Being Panchami, we didn’t have much on our agenda, though in the evening I had my glimpse of Taal Pukur (Palm Pond) in six years. It hadn’t lost any of the charm, unique
as it is, a lake guarded on all sides by sentinel-like towering palm trees. It is rumored that the gamut of fishes found in the Pukur’s waters are fifty generations old! Surprises
have just begun. We retired early for the day, after a dinner of steaming rice and tender shorshey iilish. After a good night’s sleep under generator-driven fans, courtesy my
enterprising mama, we woke when the cock crowed at a little after six. Since it was our turn at organizing the Puja, our courtyard bustled with activity.
Brewing tea, vegetables being peeled, and rosogollas being made greeted us. A small ante- room on the second floor of the house was covered with about a few quintals of
colocassias , meant for the kingly feast on Navami . The night was whiled away with platters of telebhajas and tea, followed by a dinner of fish and rice. But after we had retired, some clandestine rituals went on. Behind a padlocked grille, Mama adorned the hands and feet of the deity with gold amulets and anklets, in tune to sacred hymns chanted by Brahmins We awoke on a sunny Saptami .The Puja daalan (courtyard) was swept clean .
We guests from Calcutta trained a wee procession to the local river. A plantain chunk draped in brocade, on a palanquin was being borne by young village lads. At the river, an hour long prayers were chanted by the palanquin bearers and priests alike as the plantain similitude of Goddess Durga was formally enthroned into the folds of the two day long Pujas that were to follow.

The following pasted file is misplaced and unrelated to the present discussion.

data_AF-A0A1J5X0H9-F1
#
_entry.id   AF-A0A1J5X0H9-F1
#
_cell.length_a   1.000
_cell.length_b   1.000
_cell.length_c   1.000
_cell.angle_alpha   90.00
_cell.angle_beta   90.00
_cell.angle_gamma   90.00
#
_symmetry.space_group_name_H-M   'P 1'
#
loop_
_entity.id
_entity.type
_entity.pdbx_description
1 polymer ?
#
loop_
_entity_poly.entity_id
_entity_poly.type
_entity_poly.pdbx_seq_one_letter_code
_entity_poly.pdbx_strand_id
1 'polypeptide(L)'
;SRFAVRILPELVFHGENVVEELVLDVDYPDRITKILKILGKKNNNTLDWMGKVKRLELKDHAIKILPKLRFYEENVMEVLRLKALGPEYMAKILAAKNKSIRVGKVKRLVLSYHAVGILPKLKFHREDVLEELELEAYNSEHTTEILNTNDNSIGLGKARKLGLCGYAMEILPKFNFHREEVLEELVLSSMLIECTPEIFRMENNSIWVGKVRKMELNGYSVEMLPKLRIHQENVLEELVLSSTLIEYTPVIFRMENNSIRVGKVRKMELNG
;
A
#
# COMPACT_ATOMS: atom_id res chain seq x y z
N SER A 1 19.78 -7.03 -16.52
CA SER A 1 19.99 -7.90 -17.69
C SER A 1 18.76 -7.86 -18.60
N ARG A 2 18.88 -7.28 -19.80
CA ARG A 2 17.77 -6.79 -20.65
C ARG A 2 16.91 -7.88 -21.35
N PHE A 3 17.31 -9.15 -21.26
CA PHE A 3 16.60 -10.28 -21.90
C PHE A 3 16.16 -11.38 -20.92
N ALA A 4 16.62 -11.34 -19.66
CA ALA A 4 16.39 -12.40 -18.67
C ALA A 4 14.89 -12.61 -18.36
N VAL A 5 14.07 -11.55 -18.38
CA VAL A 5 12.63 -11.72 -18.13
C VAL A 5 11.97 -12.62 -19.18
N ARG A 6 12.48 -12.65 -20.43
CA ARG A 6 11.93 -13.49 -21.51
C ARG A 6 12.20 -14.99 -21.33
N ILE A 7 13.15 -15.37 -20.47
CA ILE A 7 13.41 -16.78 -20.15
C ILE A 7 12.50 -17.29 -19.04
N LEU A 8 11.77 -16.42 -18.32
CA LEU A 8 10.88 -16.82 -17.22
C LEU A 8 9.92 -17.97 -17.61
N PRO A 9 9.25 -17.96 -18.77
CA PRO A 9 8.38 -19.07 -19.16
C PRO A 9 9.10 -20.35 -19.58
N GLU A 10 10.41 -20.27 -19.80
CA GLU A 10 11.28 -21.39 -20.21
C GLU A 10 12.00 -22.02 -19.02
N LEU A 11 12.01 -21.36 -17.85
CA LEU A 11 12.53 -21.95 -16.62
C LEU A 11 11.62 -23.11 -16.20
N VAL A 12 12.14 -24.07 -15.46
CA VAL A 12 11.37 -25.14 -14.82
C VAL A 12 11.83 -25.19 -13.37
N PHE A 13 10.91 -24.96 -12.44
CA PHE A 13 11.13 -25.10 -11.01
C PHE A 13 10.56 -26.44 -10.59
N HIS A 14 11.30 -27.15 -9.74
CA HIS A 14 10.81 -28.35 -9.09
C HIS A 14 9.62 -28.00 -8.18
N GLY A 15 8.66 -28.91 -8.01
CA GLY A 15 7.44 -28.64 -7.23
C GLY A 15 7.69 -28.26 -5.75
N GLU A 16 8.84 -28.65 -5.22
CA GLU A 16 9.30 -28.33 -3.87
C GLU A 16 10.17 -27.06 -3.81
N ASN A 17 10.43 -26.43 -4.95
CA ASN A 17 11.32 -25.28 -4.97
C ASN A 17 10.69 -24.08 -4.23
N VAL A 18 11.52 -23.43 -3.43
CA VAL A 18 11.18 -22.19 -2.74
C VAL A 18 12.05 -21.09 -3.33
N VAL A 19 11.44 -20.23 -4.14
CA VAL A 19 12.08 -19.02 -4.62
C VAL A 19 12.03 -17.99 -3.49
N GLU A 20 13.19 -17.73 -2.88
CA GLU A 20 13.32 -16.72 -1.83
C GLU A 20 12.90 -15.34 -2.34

The procession headed back to our village where the plantain was intercepted by married women from the year’s organizer troupe, my mother included. And finally fruition of six years of waiting occurred as the doors of the idol room were thrown open. The courtyard, teeming with public finally got their first glimpse of the bejeweled deity. She looked so full of life, with those enigmatic eyes and her truckload of assorted weapons to do away with rampant evil. The Pujas commenced as the plantain in its palanquin was centered in the idol room. We trooped away for our ablutions and breakfast. The morning after was uneventful till the Sacrifice! Yes, Kuldiha is still one of those places where the obsolescent practice of animal sacrifice is still in vogue. I do not watch it. A young goat is bathed, veneered with turmeric& ghee and sacrificed at the Goddess’s altar, amidst war cries of “Joy Maa Kali, Patha Bali.” A last plaintive bleat of the goat is all one hears as the sword